• It is only going to help if the application does multiple inserts / deletes on the same buffer.

Not surprisingly, this "optimization" has not been implemented in the standard StringBuilder / StringBuffer classes. However, a custom CharSequence class could use this approach.

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So deleteCharAt will be O(N/2) on average, right? –  Marcelo Jun 23 '11 at 22:56
1  
O(n/2) is equal to O(n) but no, it' just the size of remaining chars. –  bestsss Jun 23 '11 at 23:05
    
@Marcelo - what you are trying to say (I think) is that deleteCharAt(i) performs N/2 character moves if you average over all positions for a buffer containing N characters. –  Stephen C Oct 24 '12 at 11:27

Let us just look at the corresponding actual java implementation(only relevant code) for each of these methods in turn. That itself will answer about their efficiency.

String.charAt :

public char charAt(int index) {
    if ((index < 0) || (index >= value.length)) {
        throw new StringIndexOutOfBoundsException(index);
    }
    return value[index];
}

As we can see, it is just a single array access which is a constant time operation.

StringBuffer.charAt :

public synchronized char charAt(int index) {
  if ((index < 0) || (index >= count))
    throw new StringIndexOutOfBoundsException(index);
  return value[index];
}

Again, single array access, so a constant time operation.

StringBuilder.charAt :

public char charAt(int index) {
    if ((index < 0) || (index >= count))
        throw new StringIndexOutOfBoundsException(index);
    return value[index];
}

Again, single array access, so a constant time operation. Even though all these three methods look same, there are some minor differences. For example, only StringBuffer.charAt method is synchronized but not other methods. Similarly if check is slightly different for String.charAt (guess why?). Closer look at these method implementations itself give us other minor differences among them.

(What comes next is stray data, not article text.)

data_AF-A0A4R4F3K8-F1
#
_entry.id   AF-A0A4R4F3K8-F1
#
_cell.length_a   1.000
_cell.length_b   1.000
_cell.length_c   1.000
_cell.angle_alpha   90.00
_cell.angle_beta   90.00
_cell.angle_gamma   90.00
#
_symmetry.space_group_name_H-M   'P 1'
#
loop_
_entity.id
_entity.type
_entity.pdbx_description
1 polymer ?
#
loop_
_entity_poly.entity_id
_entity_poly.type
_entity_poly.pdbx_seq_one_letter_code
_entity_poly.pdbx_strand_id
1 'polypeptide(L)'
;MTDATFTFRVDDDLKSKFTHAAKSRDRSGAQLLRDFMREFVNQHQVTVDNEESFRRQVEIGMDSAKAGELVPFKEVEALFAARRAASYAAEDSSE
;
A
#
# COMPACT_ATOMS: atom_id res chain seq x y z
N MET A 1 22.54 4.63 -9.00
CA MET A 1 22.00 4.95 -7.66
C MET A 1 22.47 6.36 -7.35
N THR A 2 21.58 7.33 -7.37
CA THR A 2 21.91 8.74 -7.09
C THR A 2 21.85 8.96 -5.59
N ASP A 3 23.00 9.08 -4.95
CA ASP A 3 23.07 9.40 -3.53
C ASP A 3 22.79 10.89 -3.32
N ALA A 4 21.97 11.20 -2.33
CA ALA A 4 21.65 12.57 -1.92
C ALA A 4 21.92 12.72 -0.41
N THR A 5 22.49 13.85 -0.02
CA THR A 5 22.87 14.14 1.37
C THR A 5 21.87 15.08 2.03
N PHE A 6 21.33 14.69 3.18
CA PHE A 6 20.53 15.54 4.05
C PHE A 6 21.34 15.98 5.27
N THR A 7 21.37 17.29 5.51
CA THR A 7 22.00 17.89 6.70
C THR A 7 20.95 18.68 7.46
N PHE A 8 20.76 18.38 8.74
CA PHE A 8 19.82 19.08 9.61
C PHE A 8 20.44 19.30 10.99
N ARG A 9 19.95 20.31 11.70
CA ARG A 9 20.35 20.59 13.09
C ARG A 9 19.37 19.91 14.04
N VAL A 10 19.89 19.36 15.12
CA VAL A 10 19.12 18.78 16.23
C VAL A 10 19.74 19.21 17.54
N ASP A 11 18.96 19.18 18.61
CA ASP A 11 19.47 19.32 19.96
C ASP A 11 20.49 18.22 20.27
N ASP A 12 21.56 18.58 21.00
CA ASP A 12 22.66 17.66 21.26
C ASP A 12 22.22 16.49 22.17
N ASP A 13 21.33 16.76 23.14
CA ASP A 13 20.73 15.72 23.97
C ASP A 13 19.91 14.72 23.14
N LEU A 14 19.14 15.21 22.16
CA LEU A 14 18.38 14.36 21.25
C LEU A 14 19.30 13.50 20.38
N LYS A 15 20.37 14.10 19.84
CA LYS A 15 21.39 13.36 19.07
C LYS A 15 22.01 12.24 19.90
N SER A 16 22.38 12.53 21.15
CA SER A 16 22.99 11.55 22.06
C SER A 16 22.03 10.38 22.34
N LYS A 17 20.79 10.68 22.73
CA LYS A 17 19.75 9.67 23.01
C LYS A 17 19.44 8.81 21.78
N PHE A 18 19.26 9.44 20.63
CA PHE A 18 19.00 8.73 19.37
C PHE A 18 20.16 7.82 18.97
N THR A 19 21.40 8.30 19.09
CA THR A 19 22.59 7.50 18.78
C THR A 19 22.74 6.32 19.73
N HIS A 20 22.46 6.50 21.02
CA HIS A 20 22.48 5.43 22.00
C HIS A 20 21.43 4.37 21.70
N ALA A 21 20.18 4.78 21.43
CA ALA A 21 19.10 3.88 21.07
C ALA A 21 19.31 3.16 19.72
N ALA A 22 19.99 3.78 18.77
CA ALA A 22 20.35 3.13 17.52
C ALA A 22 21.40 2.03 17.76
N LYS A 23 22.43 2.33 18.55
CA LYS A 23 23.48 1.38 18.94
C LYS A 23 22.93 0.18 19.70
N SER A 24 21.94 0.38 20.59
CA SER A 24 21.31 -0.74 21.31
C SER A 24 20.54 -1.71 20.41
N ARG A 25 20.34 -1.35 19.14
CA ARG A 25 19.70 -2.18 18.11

Now, let us look at deleteCharAt implementations.

String does not have deleteCharAt method. The reason might be it is an immutable object. So exposing an API which explicitly indicates that this method modifies the object is not probably a good idea.

Both StringBuffer and StringBuilder are subclasses of AbstractStringBuilder. The deleteCharAt method of these two classes is delegating the implementation to its parent class itself.

StringBuffer.deleteCharAt :

  public synchronized StringBuffer deleteCharAt(int index) {
        super.deleteCharAt(index);
        return this;
    }

StringBuilder.deleteCharAt :

 public StringBuilder deleteCharAt(int index) {
        super.deleteCharAt(index);
        return this;
    }

AbstractStringBuilder.deleteCharAt :

  public AbstractStringBuilder deleteCharAt(int index) {
        if ((index < 0) || (index >= count))
            throw new StringIndexOutOfBoundsException(index);
        System.arraycopy(value, index+1, value, index, count-index-1);
        count--;
        return this;
    }

A closer look at AbstractStringBuilder.deleteCharAt method reveals that it is actually calling System.arraycopy. This can be O(N) in worst case. So deleteChatAt method is O(N) time complexity.